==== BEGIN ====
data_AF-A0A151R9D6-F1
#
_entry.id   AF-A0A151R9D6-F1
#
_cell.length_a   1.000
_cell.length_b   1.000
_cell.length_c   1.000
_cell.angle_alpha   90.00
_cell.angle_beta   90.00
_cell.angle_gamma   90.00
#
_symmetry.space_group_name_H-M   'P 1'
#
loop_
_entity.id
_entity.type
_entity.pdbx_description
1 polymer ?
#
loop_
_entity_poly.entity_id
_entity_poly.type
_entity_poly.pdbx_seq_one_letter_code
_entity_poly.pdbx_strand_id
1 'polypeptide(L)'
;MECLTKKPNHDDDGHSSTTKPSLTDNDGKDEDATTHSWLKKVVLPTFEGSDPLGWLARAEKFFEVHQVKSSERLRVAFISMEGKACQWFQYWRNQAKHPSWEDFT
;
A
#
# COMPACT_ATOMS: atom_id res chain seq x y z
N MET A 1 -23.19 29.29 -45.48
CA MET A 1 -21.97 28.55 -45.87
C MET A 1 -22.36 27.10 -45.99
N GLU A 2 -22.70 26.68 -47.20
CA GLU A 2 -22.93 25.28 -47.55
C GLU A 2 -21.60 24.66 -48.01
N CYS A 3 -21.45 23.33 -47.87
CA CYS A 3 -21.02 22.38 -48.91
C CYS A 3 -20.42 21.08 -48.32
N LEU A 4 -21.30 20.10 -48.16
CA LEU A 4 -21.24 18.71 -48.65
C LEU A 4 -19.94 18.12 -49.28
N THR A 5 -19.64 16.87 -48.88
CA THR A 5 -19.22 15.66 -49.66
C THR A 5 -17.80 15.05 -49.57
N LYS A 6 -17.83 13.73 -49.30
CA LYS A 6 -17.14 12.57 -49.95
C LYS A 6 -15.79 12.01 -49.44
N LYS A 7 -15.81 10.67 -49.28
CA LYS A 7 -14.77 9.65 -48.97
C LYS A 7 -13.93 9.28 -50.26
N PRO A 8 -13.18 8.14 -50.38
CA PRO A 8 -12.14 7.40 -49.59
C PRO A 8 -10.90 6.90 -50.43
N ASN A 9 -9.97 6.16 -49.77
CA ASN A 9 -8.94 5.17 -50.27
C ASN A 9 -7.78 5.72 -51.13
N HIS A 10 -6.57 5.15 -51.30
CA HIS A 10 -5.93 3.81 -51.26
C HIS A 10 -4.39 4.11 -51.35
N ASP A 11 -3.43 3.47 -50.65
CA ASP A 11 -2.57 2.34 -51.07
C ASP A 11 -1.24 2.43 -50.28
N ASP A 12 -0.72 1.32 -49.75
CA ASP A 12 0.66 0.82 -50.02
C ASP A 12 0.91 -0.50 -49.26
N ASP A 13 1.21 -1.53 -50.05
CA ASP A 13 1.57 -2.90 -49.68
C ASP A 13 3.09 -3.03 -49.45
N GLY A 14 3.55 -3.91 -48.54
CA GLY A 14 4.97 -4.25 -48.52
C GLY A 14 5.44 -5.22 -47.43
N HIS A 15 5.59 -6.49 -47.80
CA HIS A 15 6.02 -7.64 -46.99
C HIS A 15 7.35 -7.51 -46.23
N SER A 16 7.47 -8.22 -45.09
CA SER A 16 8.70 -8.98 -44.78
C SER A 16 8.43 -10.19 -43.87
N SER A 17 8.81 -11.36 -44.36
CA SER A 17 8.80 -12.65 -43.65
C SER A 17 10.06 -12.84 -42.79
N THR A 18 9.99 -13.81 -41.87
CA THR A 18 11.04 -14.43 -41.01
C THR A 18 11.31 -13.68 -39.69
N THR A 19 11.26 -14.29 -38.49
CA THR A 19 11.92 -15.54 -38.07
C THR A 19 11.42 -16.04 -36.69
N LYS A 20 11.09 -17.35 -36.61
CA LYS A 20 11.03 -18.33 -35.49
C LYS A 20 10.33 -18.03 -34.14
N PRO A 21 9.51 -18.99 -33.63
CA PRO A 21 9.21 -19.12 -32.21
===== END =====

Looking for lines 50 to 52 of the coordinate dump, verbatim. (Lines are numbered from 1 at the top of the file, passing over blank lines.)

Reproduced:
CA LYS A 7 -14.77 9.65 -48.97
C LYS A 7 -13.93 9.28 -50.26
N PRO A 8 -13.18 8.14 -50.38